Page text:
The Light Project is run by a team of sexual and public health professionals who work alongside New Zealand youth health services, schools, sexual violence prevention services and youth organisations to provide information and resources addressing issues related to porn and young people. Resources are available for youth, whānau and professionals. Also see their website for youth, In The Know.

The Shifting the Line research project developed a new model for working boys and young men towards the primary prevention of gendered violence. The Shifting the Line research "...provides a model for making sense of the relationship between rigid and potentially harmful gender norms for men and a theory of change for how to help boys and young men break free of the influence of these norms." For more information see their report Shifting the line: boys talk on gender, sexism and online ethics (2021), resources from the project, and interviews with researcher Kris Taylor on 95bfm and researcher Nicola Gavey on RNZ as well as the article Boys (still) don't cry: How thinking outside the 'man box' could help prevent violence.

The Keep It Real Online campaign a New Zealand Government public awareness campaign to support children and young people to be safe online. It is led by the Department of Internal Affairs. The website has resources and information for parents, educators and youth. It covers a range of online issues including online bullying, relationships and sexuality education including porn, grooming and coercive online sexual relationships, sharing intimate images and social-emotional safety skills.

Family Planning New Zealand provides a range of advice for parents and carers as well as information on relationshipsrelationships and sexuality education and keeping safe.

Resources designed to support the Ministry of Education's Relationships and Sexuality Education guidelines include a module to support teachers to talk about pornography. The module, Ka huri i te kōrero | Changing the conversations, was developed by the Ministry of Education and the Classification Office.

The Classification Office also developed a guide for parents and carers to talk with young people about pornography.

Communities and educators are increasingly developing resources for young people to explore questions related to their relationships and sexuality including podcasts, videos and websites. 

  • Tapu Vā is an online platform that provides a safe space for people in the Pasifika community to share their experiences with sexual health and wellbeing. People can share their stories and read stories from other people. The website also features videos of health professionals, students and Pasifika champions sharing about their personal experiences with talking about sex with their parents, contraception and more. Tapu Vā is a collaboration between Hard Luck Design and Te Whatu Ora - Health New Zealand.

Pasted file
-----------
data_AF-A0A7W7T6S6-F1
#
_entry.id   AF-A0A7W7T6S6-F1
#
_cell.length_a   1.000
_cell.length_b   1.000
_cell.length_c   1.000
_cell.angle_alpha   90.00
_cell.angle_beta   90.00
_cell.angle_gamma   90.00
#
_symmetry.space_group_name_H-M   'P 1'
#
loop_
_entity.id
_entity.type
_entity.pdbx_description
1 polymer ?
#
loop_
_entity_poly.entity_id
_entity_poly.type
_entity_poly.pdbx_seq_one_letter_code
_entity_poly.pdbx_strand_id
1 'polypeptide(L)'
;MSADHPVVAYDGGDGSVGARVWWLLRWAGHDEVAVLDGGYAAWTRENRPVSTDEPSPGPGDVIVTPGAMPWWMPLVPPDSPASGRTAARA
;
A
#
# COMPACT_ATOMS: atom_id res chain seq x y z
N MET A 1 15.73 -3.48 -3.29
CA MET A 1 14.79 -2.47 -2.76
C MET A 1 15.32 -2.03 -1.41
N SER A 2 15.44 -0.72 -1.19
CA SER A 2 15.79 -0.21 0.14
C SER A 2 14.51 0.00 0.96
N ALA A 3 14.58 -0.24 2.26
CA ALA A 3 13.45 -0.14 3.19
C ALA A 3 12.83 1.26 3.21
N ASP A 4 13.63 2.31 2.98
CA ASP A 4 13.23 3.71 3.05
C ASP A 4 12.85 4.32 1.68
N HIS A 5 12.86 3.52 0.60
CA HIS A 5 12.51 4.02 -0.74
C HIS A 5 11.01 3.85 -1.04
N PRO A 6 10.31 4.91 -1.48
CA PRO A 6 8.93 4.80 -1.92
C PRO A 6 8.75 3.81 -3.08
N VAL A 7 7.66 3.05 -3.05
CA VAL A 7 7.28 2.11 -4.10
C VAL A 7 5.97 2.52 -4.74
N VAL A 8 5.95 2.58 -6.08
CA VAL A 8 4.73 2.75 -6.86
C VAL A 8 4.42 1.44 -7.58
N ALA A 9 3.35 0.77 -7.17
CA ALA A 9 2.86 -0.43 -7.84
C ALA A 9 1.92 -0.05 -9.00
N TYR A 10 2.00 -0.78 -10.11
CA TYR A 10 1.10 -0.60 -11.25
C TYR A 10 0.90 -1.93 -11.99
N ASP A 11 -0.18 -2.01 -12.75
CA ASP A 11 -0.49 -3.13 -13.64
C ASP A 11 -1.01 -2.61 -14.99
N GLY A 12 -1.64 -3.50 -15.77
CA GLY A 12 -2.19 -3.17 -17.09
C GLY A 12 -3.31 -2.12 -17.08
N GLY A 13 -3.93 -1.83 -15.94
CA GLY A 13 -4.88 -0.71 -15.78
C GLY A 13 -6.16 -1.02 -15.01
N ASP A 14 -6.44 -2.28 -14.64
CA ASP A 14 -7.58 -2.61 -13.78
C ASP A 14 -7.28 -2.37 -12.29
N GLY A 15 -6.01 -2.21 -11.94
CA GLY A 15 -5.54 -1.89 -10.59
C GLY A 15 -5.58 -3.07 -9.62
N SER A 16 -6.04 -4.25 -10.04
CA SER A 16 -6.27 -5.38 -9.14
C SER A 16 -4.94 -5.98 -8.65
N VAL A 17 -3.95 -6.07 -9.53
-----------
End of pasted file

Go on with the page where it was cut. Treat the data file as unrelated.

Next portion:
• Ai – Let’s Talk About Sex, is a digital series for rangatahi over 18 years about sexual health. It features 12 videos where rangatahi explore a range of topics including consent, porn, relationships and more. 
  • Te Pūtahitanga o Te Waipounamu is refreshing their rangatahi sexual health campaign #sexkōrero. The campaign is for rangatahi, led by rangatahi, focused on giving accurate understanding and knowledge of what to look out for, be aware of, or where to go when sexual health and wellbeing is concerned.
  • Shama has been supporting ethnic community groups across Aotearoa New Zealand to work on sexual violence prevention. Several of these projects include videos about consent and healthy relations designed by and for ethnic community groups.

New 'Love better' campaign

The government has launched a new campaign called Love Better which "...will initially support young people through their experience of break-ups, developing positive and life-long attitudes to dealing with hurt." In the campaign overview the Ministry of Social Development (MSD) notes that the campaign "...will complement curriculum-based programmes and other cohort-specific campaigns being led by the Health Promotion Agency (HPA), E Tū Whānau and Pasefika Proud." MSD also notes that this first phase will focus on supporting young people through break ups. It also notes  The campaign is supported by Youthline. People who need support can text lovebetter to 234, email, or call 0800 376 633. See further information about the campaign in the related media below.

Calls for consent reform

A petition calling for law reform related to consent, launched by Layba Zubair, was delivered to Parliament in September 2022 with more than 12,000 signatures. To learn more listen to a 95bfm interview with Layba and see the related media below. Students have also called for mandatory consent education. However, Associate Professor Melanie Beres has previously written about the need to move beyond consent education, commenting that "If we want to reduce Aotearoa’s sexual violence rates, we need to shift our focus from solely teaching young people about consent and instead work to dismantle harmful gender norms that have trapped our youth for generations."

Related news: UN experts' call to action on sexuality education

Several UN experts came together to publish A Compendium on Comprehensive Sexuality Education (2023). It provides an overview of international obligations and standards, and recommendations from UN experts. It concludes with 7 calls to actions for states to provide comprehensive sexuality education:

"1. Respect and protect the key principles of non-discrimination, equality, and privacy, as well as bodily integrity, autonomy, dignity, and well-being of individuals, especially in relation to sexual and reproductive health rights.